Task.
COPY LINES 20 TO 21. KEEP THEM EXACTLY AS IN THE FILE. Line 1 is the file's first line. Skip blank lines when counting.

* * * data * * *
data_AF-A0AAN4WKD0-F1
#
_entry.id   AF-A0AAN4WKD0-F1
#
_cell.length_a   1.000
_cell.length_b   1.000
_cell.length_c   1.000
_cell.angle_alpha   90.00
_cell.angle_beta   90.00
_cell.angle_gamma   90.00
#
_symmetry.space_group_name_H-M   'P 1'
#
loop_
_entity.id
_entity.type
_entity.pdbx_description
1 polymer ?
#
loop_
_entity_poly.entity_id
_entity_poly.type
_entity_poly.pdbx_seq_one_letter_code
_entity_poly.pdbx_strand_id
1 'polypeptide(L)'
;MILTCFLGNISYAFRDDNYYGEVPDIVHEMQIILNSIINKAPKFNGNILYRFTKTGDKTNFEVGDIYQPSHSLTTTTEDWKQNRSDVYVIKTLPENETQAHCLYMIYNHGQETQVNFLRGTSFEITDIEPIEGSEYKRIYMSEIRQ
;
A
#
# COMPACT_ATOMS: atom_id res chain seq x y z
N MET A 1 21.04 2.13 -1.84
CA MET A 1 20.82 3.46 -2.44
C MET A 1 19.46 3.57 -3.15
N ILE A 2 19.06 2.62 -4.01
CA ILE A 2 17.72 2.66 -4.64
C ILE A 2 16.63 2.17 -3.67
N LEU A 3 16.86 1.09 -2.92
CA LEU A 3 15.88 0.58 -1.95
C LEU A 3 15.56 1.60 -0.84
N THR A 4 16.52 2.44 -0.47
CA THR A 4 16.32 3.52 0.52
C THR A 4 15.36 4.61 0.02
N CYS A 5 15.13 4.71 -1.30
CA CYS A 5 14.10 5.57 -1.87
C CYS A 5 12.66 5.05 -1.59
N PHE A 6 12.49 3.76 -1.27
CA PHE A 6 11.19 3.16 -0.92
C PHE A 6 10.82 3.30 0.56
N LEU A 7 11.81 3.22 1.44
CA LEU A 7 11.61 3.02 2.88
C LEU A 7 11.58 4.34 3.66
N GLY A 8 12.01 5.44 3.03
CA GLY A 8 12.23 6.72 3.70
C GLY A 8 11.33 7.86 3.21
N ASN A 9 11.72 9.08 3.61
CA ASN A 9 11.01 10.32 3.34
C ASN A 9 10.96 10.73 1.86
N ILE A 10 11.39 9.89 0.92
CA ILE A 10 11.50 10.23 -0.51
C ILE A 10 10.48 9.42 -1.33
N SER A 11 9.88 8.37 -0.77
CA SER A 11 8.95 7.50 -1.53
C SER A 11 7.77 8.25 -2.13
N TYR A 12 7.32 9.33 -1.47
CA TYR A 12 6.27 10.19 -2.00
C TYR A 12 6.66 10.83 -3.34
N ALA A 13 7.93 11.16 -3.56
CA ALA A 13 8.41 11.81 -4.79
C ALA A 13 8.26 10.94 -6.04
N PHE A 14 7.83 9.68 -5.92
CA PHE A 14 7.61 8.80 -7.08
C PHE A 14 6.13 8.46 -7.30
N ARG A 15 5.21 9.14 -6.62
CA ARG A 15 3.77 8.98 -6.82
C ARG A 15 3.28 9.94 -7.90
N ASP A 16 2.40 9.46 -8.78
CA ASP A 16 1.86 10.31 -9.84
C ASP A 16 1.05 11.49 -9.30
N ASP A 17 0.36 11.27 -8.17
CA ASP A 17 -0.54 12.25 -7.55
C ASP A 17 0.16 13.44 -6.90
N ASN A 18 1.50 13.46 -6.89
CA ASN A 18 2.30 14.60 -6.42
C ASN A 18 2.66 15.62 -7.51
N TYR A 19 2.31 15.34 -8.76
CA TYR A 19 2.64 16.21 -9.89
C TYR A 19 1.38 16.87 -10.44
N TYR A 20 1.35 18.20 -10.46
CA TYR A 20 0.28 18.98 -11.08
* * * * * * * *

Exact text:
loop_
_entity_poly.entity_id